Trastuzumab after adjuvant chemotherapy in her2 positive breast cancer
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Trastuzumab after Adjuvant Chemotherapy in HER2-Positive Breast Cancer. HERA. Breast Cancer Review. In situ breast cancer breast cancer in which the cells have remained within their place of origin — they haven't spread to breast tissue around the duct or lobule.

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Trastuzumab after adjuvant chemotherapy in her2 positive breast cancer

Trastuzumab after Adjuvant Chemotherapy in HER2-Positive Breast Cancer

HERA


Breast cancer review

Breast Cancer Review

  • In situ breast cancer

    • breast cancer in which the cells have remained within their place of origin — they haven't spread to breast tissue around the duct or lobule.

    • most common type of noninvasive breast cancer is ductal carcinoma in situ (DCIS), which is confined to the lining of the milk ducts, with appropriate treatment- DCIS has an excellent prognosis.

  • Invasive breast cancer

    • Invasive (infiltrating) breast cancers spread outside the membrane that lines a duct or lobule, invading the surrounding tissues

  • Invasive ductal carcinoma (IDC)

    • IDC accounts for about 70 percent of all breast cancers

    • the cancer cells break through the ductal wall invading nearby breast tissue and may have lymphatic or hematogenous metastases

  • Invasive lobular carcinoma (ILC)

    • starting in the milk-producing lobules and then breaking into the surrounding breast tissue

  • Unusual types of breast cancer include:

    • inflammatory breast cancer, phyllodes tumor, angiosarcoma, osteosarcoma, metaplastic breast cancer, adenoid cystic carcinoma and Paget's disease of the breast. There are also rare subtypes of invasive ductal carcinoma — tubular, mucinous, medullary and papillary.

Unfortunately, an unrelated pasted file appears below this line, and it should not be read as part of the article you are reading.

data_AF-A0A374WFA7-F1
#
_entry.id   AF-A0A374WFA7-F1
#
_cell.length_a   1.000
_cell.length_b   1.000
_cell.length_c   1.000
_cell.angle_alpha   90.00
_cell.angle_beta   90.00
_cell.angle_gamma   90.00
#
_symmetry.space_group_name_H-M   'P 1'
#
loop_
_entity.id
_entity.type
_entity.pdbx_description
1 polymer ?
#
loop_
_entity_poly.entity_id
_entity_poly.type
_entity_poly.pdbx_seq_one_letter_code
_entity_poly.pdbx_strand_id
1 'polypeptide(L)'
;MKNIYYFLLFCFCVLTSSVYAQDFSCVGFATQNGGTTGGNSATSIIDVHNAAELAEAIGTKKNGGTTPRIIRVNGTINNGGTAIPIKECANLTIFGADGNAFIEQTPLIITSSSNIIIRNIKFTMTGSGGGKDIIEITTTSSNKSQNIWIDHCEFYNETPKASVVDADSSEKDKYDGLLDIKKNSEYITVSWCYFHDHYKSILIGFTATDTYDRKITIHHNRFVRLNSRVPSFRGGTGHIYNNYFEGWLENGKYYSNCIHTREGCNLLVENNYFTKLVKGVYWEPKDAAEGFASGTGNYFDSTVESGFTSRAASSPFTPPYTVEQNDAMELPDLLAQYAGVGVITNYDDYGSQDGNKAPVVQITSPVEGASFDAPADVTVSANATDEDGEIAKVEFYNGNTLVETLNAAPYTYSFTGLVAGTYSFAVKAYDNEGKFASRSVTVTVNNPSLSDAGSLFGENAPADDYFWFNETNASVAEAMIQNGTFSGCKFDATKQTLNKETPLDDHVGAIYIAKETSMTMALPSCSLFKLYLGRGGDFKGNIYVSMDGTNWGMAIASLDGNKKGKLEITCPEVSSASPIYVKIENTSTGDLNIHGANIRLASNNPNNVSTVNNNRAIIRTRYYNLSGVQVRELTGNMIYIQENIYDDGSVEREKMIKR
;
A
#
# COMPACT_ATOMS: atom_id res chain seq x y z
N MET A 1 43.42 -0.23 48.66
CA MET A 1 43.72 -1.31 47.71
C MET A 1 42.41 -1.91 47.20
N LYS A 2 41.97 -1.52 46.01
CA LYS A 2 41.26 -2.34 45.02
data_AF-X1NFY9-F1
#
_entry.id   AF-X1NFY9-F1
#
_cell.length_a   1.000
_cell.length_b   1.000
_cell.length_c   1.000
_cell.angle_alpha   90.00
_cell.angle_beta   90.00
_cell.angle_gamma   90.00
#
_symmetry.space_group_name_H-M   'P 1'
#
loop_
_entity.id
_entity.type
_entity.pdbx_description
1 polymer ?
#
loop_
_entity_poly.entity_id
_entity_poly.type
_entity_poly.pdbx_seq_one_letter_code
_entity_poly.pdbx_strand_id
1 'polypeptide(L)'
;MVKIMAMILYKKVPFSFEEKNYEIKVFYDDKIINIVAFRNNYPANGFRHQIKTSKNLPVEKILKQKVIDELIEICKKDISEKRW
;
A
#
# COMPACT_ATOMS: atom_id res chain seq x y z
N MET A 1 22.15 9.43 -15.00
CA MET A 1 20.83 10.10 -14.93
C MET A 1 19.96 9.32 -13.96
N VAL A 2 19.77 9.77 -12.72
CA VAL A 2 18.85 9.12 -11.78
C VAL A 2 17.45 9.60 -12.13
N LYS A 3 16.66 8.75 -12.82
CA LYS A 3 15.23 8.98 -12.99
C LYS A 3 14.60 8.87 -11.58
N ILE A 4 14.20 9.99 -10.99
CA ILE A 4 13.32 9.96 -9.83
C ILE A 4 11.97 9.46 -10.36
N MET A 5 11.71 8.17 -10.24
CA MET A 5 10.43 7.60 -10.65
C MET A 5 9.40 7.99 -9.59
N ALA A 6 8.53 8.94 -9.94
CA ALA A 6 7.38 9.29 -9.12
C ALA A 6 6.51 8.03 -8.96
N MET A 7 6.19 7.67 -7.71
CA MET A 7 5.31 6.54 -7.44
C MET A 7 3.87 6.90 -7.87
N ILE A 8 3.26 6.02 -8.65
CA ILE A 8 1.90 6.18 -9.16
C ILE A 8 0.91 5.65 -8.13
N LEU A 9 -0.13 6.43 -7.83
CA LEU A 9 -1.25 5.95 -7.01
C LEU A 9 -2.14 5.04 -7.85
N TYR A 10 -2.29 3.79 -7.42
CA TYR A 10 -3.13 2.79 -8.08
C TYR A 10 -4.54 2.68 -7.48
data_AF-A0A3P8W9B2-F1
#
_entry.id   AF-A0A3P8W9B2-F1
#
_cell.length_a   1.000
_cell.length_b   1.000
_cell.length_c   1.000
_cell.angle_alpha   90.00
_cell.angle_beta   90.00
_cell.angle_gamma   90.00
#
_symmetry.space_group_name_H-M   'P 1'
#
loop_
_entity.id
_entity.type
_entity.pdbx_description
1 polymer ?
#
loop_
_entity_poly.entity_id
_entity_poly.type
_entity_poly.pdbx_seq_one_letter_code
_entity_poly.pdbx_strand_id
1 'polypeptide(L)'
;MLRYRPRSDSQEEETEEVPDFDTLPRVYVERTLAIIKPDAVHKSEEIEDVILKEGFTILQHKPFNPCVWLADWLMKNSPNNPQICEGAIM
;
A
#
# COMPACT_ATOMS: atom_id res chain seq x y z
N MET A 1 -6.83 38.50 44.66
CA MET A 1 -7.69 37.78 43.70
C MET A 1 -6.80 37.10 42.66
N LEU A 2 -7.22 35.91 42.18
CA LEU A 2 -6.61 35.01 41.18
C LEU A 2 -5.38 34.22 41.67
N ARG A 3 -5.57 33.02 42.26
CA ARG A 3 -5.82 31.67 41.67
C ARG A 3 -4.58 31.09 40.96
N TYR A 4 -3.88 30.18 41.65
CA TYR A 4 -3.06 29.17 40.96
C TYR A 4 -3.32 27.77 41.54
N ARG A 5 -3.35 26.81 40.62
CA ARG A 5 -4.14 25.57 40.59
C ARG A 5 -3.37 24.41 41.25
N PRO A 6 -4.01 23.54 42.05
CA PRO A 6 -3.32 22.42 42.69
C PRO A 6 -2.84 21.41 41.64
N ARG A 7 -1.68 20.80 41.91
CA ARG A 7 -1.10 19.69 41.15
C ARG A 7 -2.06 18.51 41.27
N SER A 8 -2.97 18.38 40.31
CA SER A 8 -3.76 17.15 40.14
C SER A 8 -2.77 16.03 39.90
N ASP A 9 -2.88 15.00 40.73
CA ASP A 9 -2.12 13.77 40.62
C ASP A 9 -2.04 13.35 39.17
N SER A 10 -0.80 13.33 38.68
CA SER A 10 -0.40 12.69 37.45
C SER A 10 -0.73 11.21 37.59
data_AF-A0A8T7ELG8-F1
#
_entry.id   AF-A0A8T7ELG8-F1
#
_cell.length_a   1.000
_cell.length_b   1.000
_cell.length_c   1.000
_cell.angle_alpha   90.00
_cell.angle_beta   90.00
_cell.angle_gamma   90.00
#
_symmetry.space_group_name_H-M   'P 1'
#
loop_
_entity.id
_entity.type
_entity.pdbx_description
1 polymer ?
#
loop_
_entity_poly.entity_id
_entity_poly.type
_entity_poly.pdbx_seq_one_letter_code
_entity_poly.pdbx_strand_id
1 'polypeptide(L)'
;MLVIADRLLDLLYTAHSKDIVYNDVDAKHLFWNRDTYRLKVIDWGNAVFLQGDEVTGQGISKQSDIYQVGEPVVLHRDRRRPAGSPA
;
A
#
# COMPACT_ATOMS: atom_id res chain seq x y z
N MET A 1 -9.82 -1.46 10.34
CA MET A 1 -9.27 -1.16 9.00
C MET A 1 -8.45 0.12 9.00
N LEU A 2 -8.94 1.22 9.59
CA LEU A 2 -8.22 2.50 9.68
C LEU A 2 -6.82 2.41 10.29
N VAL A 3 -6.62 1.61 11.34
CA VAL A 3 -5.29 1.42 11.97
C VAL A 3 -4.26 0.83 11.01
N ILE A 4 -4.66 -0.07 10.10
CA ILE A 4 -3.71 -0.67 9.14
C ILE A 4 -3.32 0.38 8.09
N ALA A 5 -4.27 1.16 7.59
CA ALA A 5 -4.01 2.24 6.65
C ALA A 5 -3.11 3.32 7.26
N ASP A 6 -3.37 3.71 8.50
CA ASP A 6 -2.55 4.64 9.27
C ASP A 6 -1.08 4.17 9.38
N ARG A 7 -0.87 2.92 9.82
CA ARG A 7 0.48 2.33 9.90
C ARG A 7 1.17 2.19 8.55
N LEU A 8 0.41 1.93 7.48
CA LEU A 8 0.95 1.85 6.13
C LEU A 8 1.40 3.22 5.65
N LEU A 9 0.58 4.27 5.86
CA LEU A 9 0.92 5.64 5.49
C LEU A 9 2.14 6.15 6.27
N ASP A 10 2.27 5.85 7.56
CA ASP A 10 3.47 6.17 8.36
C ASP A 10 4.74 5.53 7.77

• Cellular classification

    Cellular Classification

    • Carcinoma, NOS (not otherwise specified).

    • Ductal

      • Intraductal (in situ)

      • Invasive with predominant intraductal component

      • Invasive, NOS

      • Comedo

      • Inflammatory

      • Medullary with lymphocytic infiltrate

      • Mucinous (colloid)

      • Papillary

      • Scirrhous

      • Tubular

      • Other

    • Lobular

      • In situ

      • Invasive with predominant in situ component

      • Invasive

    • Nipple

      • Paget disease, NOS

      • Paget disease with intraductal carcinoma

      • Paget disease with invasive ductal carcinoma

    • Other. Undifferentiated carcinoma


    Histologic grading

    Histologic Grading

    • Breast cancers are graded on a 1 to 3 scale for 3 variables:

      • Acinar/tubule formation is assessed over the whole tumor

      • Nuclear evaluation is of the worst area

      • Mitotic count is also in the most mitotic area

    • Scores are combined to create a low (3-5), intermediate (6-7), and high grade (8-9)


    Staging

    Staging

    • Stage 0—Carcinoma in situ

      • atypical cells have not spread outside of the ducts or lobules, it is classified in two types:

        • DCIS— very early cancer that is highly treatable and survivable

        • Lobular Carcinoma In Situ (LCIS)—not a cancer but an indicator that identifies a woman as having an increased risk of developing breast cancer

    • Stage I- Early stage invasive breast cancer

      • the cancer is no larger than two centimeters and has not spread to surrounding lymph nodes or outside the breast.

    • Stage II- divided into two categories according to the size of the tumor and whether or not it has spread to the lymph nodes:

      • Stage II A Breast Cancer—the tumor is less than two centimeters and has spread up to three auxiliary underarm lymph nodes. Or, the tumor has grown bigger than two centimeters, but no larger than five centimeters and has not spread to surrounding lymph nodes.

      • Stage II B Breast Cancer— the tumor has grown to between two and five centimeters and has spread to up to three auxiliary underarm lymph nodes. Or, the tumor is larger than five centimeters, but has not spread to the surrounding lymph nodes.

    • Stage III

      • Stage III A Breast Cancer—the tumor is larger than two centimeters but smaller than five centimeters and has spread to up to nine auxiliary underarm lymph nodes.

      • Stage III B Breast Cancer— the cancer has spread to tissues near the breast including the skin, chest wall, ribs, muscles, or lymph nodes in the chest wall or above the collarbone.

    • Stage IV- spread to other organs or tissues: liver, lungs, brain, skeletal system, or lymph nodes near the collarbone


    Molecular classification

    Molecular Classification

    • Hormone receptor status

      • estrogen receptor positive (ER positive) or progesterone receptor positive (PR positive)